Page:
Improving Carbon Nanoparticle Formation Modeling by Incorporating Physical Phenomena Through Advanced Simulation Approaches

Arash Khabazipur, University of Windsor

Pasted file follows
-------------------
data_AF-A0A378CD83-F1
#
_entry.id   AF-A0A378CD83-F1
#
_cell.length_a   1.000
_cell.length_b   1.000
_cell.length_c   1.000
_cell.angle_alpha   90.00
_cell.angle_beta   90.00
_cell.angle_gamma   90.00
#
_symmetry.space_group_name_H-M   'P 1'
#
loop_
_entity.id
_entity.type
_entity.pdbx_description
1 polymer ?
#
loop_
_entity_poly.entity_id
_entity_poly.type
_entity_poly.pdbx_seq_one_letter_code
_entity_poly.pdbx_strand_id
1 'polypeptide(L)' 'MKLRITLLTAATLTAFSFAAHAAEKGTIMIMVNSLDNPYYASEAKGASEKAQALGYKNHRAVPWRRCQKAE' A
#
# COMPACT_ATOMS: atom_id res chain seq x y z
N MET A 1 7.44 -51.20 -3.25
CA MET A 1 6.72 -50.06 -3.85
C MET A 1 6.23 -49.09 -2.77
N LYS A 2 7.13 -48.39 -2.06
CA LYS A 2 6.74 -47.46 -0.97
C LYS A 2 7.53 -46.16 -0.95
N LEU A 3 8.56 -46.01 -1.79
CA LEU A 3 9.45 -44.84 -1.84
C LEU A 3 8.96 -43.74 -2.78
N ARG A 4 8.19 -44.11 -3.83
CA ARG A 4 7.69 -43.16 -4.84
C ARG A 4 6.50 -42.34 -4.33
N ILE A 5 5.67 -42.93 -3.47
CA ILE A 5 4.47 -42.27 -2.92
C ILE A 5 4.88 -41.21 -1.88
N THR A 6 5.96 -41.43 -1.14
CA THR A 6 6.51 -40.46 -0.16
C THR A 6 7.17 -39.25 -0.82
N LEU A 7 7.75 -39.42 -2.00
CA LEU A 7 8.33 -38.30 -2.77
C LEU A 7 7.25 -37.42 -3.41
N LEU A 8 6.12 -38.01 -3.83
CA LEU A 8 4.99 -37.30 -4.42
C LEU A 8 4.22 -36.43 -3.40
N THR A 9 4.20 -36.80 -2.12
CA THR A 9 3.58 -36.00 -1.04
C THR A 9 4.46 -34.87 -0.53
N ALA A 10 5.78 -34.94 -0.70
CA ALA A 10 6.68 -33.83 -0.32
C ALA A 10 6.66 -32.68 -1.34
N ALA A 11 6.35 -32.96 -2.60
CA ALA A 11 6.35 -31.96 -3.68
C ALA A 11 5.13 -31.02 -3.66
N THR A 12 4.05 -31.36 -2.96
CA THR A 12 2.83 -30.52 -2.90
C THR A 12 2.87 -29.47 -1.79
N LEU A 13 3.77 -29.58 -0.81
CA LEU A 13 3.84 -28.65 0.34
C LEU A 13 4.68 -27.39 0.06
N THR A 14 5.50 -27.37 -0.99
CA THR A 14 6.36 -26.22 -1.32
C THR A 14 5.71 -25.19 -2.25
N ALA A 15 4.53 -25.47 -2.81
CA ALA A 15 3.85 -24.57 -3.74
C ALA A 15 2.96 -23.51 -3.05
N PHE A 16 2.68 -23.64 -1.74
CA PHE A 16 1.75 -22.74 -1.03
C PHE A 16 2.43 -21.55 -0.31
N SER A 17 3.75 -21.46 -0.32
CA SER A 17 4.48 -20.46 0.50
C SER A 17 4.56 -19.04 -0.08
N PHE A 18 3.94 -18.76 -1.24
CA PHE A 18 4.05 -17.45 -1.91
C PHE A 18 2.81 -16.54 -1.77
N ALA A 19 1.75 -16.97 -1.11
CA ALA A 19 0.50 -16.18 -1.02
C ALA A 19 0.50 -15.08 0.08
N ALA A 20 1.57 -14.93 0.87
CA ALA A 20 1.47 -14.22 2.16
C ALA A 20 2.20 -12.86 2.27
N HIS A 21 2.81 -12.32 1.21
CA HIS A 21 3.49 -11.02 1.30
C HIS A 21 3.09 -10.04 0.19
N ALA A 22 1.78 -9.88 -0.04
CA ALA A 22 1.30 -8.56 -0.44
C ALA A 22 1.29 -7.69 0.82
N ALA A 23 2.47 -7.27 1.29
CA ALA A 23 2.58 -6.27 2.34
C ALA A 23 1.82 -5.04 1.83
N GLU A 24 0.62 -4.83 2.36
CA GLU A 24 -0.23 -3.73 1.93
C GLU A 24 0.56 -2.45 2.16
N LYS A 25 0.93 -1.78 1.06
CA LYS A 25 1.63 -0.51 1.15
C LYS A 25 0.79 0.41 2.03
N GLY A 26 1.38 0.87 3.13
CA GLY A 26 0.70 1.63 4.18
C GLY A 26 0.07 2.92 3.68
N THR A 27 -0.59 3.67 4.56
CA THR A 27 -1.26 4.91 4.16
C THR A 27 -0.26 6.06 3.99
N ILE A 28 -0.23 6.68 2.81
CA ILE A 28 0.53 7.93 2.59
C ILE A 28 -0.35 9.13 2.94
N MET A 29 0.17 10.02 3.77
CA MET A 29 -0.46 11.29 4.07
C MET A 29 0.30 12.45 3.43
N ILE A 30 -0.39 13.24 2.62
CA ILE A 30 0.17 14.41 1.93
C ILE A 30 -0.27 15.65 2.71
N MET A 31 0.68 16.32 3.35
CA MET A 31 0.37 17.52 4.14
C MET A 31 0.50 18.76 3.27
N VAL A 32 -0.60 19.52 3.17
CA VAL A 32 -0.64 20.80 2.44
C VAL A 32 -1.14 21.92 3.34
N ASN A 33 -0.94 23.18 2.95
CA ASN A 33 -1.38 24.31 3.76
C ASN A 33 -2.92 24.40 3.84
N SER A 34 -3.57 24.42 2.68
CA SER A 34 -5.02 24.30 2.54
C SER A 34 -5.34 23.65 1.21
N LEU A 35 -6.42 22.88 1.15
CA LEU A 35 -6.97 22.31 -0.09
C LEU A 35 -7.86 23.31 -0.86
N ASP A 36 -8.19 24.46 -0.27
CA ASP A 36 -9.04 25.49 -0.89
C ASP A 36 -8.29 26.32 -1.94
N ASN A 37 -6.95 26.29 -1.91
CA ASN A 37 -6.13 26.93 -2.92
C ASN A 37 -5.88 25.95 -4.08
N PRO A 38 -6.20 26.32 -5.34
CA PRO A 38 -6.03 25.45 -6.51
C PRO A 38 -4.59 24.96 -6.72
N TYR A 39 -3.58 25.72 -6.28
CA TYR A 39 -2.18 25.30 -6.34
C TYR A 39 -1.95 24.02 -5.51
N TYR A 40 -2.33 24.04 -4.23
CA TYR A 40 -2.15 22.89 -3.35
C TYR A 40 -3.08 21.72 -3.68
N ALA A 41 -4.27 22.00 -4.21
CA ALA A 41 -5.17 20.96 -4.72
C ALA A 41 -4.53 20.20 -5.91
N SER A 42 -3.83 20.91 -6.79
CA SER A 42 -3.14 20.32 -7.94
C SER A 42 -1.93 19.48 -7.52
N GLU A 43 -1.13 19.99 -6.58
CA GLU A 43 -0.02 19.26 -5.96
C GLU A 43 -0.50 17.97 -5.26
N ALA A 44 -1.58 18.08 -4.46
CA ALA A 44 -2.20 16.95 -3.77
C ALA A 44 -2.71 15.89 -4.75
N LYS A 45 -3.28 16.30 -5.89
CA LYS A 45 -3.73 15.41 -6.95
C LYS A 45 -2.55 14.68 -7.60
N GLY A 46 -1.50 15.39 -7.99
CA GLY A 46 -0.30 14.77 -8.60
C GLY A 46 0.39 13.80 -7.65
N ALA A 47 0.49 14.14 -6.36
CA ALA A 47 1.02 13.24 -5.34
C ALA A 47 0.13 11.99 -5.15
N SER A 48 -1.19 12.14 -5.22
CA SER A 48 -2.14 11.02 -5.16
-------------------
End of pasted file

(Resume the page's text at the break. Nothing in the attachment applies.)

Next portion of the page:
Particles are essential components in many natural and human-made processes. Their formation, behavior, and impact on human life and the environment are critical areas of research. One of the most crucial and prevalent examples are carbon nanoparticles, which are typically 10-300 nm in diameter and produced in many processes involving the combustion of hydrocarbons. Carbon nanoparticles are of significant interest due to both their harmful impacts on human health and the environment and their values as nanomaterials. This PhD dissertation is composed of three research studies that aim to develop and implement numerical approaches to understand the phenomena and enhance the accuracy of carbon nanoparticle formation modeling. The first study investigates the effects of hydrogen and nitrogen dilution on soot particle formation in diffusion flames. The advanced CoFlame code is used to incorporate more physical attributes into soot modeling and discuss the detailed physical and chemical effects of H2/N2 dilution on the soot formation processes. Although hydrogen may chemically boost the production of precursors, due to physical dilution, the formation and clustering of Polycyclic Aromatic Hydrocarbons (PAHs) are delayed. Results are practically useful to emission reductions from combustion sources, as well as carbon black synthesis. The second study presents a novel clustering sub-model called the fully reversible PAH clustering model (FRPC). The FRPC model shows substantial improvement in prediction of clustering behavior of PAHs, compared to common efficiency-based models used widely in the literature. The third part applies the tools used in the first two studies to implement a two-step modeling method that for the first time can predict the internal structure of carbon black nanoparticles in a flow reactor. The investigation of the reactor pressure and temperature reveals that higher temperature yields more fractal shape while higher pressure produces more compact aggregates. Overall, this dissertation provides an advanced understanding of carbon nanoparticle modeling and practical measures that can be effectively applied to industry.